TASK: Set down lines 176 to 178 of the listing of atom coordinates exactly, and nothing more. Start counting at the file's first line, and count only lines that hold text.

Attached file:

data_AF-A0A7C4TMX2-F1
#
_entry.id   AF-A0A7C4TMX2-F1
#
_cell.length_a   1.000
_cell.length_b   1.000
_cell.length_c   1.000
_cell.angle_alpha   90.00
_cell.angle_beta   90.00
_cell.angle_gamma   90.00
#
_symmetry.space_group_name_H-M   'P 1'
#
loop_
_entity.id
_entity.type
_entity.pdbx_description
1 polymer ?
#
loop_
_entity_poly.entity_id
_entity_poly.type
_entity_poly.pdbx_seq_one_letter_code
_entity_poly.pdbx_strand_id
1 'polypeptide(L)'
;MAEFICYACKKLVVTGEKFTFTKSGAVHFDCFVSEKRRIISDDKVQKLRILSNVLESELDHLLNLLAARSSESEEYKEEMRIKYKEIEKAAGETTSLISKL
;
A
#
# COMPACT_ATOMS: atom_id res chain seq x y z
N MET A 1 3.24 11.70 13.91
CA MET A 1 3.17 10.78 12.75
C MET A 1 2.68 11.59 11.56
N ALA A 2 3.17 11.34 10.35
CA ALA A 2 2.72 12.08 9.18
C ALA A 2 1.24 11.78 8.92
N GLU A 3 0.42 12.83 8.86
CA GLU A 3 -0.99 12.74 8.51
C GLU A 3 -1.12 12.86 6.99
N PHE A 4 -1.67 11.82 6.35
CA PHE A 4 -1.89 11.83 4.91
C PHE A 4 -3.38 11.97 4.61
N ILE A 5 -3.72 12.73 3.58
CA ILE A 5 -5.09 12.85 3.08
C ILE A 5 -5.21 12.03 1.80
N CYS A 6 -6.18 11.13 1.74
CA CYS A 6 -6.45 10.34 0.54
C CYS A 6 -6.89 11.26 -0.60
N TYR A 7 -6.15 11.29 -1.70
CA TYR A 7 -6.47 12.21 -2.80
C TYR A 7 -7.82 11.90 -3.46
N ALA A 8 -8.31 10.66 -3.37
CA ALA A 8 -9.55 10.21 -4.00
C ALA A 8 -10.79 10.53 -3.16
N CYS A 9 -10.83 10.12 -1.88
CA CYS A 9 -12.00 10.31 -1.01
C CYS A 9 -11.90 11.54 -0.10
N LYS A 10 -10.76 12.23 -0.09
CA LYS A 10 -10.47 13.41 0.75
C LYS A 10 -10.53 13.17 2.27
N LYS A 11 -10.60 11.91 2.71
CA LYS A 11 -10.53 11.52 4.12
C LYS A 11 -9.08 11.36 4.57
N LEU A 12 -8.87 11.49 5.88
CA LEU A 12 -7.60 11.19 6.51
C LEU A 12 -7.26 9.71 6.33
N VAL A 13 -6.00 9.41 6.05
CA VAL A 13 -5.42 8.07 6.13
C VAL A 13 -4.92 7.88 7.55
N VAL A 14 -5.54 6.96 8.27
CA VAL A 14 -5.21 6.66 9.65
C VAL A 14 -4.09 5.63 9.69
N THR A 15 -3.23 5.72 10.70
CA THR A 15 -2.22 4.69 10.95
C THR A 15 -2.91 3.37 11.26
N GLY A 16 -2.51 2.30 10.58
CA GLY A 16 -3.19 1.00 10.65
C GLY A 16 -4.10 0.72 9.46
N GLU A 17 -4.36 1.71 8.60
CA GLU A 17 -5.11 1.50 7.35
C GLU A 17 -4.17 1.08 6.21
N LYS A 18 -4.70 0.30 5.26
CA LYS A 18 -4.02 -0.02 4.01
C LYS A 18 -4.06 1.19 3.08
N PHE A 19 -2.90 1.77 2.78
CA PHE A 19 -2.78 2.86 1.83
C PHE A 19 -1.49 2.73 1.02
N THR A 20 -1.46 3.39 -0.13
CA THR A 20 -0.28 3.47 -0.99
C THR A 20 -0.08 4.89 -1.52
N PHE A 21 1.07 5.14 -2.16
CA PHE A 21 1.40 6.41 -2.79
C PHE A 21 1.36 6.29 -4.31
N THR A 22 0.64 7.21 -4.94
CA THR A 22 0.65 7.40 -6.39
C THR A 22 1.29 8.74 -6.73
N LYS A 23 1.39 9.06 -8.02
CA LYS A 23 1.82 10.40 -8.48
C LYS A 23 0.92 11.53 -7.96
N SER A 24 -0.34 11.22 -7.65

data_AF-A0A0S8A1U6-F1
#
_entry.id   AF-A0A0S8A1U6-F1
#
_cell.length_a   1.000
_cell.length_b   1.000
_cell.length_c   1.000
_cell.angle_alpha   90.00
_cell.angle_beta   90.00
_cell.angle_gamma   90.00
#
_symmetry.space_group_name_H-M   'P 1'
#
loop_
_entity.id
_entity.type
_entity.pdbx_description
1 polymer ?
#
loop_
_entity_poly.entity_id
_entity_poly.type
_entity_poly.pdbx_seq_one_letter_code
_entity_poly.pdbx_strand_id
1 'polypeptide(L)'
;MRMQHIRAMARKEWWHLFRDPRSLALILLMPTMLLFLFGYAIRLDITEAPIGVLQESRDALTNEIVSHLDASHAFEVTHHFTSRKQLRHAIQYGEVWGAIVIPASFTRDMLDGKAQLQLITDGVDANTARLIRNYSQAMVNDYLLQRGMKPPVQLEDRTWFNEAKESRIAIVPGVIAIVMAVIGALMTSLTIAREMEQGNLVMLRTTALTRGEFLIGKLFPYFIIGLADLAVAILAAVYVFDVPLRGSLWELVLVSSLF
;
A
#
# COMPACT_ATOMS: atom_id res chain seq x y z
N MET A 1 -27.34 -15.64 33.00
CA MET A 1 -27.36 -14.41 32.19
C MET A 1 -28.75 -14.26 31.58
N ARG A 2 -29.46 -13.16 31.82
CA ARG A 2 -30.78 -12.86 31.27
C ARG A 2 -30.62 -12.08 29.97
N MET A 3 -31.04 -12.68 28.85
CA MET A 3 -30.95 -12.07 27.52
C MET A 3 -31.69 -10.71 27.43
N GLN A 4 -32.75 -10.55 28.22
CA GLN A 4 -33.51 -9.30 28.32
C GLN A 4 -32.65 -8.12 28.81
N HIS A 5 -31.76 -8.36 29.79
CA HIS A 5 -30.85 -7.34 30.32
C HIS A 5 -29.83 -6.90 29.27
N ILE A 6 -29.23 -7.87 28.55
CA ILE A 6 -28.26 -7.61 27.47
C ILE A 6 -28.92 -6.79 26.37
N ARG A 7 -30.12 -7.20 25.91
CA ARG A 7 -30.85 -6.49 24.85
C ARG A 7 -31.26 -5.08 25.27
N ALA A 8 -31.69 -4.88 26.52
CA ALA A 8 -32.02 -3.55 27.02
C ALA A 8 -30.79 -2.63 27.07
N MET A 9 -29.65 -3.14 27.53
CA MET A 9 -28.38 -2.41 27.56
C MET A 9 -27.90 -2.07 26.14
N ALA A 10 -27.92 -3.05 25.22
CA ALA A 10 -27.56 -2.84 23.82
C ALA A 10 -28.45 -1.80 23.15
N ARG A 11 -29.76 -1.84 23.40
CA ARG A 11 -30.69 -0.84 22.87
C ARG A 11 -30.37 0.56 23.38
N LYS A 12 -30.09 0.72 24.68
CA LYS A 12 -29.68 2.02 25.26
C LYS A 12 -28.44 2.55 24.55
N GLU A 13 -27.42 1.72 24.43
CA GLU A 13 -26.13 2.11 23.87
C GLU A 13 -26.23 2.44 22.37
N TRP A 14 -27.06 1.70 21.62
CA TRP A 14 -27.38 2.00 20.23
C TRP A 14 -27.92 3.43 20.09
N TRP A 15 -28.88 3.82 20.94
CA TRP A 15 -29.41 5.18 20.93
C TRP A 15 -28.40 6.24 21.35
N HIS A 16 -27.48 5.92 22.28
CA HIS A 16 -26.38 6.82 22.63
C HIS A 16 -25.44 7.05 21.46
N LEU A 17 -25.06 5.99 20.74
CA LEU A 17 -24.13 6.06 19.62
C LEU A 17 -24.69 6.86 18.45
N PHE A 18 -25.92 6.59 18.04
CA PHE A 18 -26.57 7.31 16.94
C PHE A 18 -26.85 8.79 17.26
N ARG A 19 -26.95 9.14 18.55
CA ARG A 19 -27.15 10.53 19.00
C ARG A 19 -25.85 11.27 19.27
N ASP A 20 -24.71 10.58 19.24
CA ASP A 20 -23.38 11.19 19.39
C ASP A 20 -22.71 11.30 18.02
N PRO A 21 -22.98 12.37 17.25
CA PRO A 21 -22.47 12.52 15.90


N HIS A 16 -27.48 5.92 22.28
CA HIS A 16 -26.38 6.82 22.63
C HIS A 16 -25.44 7.05 21.46